Editor's message: Employers are under collective consultation obligations where they propose to make redundancies. If an employer intends to make 20 or more employees redundant within a period of 90 days or less, it has a statutory duty to inform and consult with representatives of a recognised trade union or, where no union is recognised, employee representatives, prior to any redundancies being implemented.
A failure to consult collectively could lead to a tribunal making a "protective award" that will entitle employees to receive up to 90 days' pay.
However, collective consultation is not simply a statutory "tick-box" exercise and you should not overlook its underlying purpose: to provide for a genuine exchange of views and information with a view to reducing or minimising redundancies.
Even if redundancies cannot ultimately be avoided, collective consultation can help your organisation to control the accuracy and timing of the communication process and create a working environment built on trust and cooperation.
Laura Merrylees, senior employment law editor
Enhanced to include information on how the obligation to consult may be triggered where groups of redundancies are aggregated.
Updated to provide guidance for line managers on the implications of making redundancies during the coronavirus pandemic.
Many employers will be faced with the possibility of carrying out redundancies over the coming weeks and months. Employment lawyer Darren Newman navigates you through the law on carrying out a collective redundancy exercise.
Practical guidance on carrying out collective redundancy consultation with a remote workforce, when employees are on furlough or working from home during the coronavirus (COVID-19) pandemic, including electing employee representatives and conducting the consultation process.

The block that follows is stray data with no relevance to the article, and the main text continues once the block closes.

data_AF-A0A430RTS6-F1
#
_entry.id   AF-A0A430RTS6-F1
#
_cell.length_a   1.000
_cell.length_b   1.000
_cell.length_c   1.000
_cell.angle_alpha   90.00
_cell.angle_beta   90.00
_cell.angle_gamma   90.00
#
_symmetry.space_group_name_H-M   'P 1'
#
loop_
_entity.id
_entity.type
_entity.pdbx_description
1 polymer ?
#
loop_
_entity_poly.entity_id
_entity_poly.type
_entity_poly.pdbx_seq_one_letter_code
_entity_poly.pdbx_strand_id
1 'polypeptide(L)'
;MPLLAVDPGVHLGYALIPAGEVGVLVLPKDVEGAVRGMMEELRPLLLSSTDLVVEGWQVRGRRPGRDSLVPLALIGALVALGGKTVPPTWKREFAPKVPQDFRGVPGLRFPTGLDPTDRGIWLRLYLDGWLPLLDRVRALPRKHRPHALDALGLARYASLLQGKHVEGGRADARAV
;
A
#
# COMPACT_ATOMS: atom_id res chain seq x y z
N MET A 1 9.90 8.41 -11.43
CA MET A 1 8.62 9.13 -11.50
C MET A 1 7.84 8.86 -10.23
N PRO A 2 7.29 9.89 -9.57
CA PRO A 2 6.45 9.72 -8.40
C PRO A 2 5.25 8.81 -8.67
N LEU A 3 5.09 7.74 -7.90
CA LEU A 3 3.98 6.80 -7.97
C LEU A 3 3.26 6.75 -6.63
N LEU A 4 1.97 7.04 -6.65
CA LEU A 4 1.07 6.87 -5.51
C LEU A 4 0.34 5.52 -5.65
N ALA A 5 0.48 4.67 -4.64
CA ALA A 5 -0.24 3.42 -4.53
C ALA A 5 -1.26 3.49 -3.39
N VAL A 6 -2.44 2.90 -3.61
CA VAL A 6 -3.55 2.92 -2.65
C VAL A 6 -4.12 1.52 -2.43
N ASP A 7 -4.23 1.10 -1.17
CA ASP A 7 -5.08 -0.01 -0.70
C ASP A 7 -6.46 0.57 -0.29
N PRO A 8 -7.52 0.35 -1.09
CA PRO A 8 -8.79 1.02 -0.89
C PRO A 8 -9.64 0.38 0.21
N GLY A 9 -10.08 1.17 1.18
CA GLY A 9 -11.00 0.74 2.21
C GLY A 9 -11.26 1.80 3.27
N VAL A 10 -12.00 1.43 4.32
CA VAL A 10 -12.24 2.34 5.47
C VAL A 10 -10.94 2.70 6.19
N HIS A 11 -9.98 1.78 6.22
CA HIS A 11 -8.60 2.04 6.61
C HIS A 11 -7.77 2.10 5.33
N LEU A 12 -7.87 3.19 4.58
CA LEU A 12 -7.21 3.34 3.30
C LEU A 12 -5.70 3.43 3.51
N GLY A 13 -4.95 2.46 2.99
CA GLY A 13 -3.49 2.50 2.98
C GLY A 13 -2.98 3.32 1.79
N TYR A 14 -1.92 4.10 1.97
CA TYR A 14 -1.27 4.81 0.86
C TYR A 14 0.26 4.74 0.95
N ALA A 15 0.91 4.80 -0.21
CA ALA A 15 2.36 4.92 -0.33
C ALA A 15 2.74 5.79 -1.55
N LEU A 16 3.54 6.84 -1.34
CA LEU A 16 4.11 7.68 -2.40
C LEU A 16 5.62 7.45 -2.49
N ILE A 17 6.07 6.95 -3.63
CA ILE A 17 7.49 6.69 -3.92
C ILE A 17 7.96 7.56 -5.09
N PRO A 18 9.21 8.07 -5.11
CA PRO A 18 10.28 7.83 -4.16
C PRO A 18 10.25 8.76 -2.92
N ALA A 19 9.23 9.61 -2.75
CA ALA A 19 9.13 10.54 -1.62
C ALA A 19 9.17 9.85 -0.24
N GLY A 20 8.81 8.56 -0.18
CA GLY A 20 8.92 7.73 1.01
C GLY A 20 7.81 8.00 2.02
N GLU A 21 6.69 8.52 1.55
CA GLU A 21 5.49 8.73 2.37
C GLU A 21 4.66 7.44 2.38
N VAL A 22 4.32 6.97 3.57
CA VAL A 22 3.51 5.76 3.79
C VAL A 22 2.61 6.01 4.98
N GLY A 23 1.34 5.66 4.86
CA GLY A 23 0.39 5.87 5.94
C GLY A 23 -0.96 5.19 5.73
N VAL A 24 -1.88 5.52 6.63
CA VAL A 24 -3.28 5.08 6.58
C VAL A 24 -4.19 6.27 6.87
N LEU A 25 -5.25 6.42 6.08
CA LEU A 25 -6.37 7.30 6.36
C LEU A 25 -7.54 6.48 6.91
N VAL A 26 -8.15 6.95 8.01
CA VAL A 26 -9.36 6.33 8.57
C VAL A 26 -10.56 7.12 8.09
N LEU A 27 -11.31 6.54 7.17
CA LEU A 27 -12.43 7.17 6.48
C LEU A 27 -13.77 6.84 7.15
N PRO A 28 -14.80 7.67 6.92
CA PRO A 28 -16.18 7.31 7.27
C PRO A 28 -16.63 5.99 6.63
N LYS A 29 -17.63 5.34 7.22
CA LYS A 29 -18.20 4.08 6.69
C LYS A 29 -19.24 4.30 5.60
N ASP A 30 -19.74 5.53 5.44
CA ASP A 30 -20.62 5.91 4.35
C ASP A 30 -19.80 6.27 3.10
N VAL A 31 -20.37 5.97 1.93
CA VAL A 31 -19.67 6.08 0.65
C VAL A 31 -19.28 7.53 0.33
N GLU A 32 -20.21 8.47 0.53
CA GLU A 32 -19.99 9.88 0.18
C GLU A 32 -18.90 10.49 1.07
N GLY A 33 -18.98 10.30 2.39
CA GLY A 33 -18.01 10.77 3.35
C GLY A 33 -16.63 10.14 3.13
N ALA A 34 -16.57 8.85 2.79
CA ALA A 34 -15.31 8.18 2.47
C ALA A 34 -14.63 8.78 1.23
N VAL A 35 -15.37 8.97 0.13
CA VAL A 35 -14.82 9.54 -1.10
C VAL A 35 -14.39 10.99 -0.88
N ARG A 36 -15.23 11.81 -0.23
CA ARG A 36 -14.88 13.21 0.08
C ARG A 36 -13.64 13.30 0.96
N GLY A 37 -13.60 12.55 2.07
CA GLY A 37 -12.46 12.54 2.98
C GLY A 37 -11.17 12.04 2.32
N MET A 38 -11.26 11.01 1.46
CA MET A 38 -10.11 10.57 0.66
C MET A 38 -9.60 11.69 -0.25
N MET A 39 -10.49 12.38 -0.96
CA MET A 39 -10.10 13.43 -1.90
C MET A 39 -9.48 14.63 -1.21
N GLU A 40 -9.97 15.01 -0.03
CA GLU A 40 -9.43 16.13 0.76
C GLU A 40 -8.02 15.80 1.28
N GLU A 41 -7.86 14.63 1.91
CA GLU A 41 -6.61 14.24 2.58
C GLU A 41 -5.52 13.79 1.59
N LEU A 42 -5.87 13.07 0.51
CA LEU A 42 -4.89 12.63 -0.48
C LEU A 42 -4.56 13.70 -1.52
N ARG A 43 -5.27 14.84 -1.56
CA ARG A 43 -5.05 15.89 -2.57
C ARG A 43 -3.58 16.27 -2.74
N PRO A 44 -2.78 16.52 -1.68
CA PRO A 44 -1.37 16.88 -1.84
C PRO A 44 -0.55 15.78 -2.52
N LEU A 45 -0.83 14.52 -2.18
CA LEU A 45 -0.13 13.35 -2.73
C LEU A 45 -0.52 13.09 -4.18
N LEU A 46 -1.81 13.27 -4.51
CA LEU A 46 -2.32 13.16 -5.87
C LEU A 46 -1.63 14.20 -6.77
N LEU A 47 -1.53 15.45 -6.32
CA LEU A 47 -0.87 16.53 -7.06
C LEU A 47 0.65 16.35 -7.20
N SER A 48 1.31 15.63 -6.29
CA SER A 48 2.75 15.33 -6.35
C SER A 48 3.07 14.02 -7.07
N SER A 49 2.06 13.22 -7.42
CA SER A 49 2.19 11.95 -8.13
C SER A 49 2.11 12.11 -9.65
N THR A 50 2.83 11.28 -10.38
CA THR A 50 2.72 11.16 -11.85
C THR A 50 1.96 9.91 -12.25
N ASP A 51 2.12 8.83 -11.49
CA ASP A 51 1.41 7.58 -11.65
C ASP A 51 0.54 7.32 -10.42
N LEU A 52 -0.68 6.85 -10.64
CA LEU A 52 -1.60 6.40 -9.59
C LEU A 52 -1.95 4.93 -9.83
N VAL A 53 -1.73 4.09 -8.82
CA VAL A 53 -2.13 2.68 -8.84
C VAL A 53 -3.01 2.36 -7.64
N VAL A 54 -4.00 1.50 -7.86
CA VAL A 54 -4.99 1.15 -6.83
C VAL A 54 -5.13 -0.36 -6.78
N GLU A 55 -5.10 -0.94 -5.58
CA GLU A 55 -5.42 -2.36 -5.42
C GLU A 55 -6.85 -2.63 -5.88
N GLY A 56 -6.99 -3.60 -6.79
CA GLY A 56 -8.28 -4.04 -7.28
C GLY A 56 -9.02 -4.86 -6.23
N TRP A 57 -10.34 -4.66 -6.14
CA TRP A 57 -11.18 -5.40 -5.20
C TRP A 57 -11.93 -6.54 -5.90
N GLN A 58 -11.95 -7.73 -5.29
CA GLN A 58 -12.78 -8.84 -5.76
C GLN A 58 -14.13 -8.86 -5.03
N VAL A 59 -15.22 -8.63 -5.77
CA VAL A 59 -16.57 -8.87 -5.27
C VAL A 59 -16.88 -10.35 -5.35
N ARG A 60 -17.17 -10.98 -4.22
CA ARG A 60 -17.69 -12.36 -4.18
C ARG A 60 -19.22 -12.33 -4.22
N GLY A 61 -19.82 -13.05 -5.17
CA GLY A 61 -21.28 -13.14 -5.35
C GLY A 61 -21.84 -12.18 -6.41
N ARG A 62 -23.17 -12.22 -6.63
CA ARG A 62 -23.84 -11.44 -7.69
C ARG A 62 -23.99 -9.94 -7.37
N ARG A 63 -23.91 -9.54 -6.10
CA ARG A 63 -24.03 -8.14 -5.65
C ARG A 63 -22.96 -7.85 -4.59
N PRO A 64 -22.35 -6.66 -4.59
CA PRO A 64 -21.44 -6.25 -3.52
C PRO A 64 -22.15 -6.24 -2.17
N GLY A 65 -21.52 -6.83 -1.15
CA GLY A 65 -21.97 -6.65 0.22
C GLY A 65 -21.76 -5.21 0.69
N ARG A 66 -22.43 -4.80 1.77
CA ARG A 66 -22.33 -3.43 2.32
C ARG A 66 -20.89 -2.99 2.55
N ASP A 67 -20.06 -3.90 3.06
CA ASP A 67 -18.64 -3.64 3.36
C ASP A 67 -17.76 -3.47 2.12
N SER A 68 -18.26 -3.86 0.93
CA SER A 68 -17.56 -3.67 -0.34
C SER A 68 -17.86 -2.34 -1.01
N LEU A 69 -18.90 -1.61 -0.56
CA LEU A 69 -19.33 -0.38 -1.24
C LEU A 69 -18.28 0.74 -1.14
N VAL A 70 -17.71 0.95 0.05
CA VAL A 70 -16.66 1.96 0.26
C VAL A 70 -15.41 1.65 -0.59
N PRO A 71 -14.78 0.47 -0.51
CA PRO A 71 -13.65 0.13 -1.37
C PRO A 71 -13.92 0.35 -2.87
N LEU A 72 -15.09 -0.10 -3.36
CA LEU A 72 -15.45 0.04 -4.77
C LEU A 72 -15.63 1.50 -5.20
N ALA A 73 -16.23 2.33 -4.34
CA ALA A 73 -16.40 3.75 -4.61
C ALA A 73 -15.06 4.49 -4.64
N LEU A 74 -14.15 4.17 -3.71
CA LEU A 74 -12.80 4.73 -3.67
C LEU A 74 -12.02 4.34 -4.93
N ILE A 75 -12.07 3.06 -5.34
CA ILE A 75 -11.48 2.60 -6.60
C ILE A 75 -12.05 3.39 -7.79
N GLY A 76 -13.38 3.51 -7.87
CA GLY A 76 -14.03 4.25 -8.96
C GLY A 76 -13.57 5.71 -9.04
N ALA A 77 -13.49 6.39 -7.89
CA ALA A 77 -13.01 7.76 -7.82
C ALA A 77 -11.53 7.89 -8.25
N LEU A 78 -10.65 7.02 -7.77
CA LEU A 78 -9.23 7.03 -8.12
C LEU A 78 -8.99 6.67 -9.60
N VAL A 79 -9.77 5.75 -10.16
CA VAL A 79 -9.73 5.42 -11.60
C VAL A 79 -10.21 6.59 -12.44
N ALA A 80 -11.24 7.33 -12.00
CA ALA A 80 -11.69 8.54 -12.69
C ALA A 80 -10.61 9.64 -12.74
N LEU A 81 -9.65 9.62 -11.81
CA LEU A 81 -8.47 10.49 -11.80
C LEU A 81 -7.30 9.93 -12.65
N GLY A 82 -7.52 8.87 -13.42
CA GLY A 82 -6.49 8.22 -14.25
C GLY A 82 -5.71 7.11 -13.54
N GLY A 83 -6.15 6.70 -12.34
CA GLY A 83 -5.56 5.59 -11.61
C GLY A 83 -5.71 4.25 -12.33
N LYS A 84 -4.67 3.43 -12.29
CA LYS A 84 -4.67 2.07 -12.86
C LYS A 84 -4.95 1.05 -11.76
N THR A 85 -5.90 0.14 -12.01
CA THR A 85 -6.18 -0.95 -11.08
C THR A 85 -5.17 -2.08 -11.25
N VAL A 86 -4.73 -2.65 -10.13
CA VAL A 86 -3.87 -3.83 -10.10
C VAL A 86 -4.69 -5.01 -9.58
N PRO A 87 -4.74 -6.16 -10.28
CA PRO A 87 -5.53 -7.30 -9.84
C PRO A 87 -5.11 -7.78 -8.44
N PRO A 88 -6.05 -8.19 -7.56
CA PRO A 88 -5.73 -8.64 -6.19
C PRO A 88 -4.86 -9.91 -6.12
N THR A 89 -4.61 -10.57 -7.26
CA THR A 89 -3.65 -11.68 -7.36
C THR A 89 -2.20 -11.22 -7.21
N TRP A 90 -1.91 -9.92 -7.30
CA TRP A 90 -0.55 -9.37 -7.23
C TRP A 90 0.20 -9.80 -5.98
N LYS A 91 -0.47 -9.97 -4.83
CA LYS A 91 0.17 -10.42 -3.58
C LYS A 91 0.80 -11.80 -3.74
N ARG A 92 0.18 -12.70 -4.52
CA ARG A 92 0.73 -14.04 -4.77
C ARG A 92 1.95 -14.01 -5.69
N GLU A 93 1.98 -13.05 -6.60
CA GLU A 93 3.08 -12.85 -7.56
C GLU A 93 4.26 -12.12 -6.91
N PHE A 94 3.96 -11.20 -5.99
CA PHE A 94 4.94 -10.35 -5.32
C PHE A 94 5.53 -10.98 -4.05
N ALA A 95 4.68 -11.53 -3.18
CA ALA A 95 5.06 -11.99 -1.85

Nick Chronias, partner at DAC Beachcroft, guides you through the legal and practical considerations of running a collective consultation process with a remote workforce.
With many employers potentially having to make redundancies as a result of the coronavirus crisis, consultant editor Darren Newman considers the likelihood of the "special circumstances" defence applying if they fail to comply with their collective consultation obligations.
Although the Coronavirus Job Retention Scheme currently offers a short-term alternative to redundancies, when it comes to an end there is no doubt that many organisations will have no alternative but to make some of their workforce redundant. This raises the question for HR of how the redundancy consultation obligations run alongside this period of furlough. Consultant editor Darren Newman examines the issues.
Updated to include information on Keeping Kids Company (in compulsory liquidation) v Smith and others, concerning the employer's duty to consult on collective redundancies.
Updated to take account of the General Data Protection Regulation, in force from 25 May 2018, and to include information on Keeping Kids Company (in compulsory liquidation) v Smith and others, concerning the employer's duty to consult on collective redundancies.
HR and legal information and guidance relating to collective redundancies - information and consultation.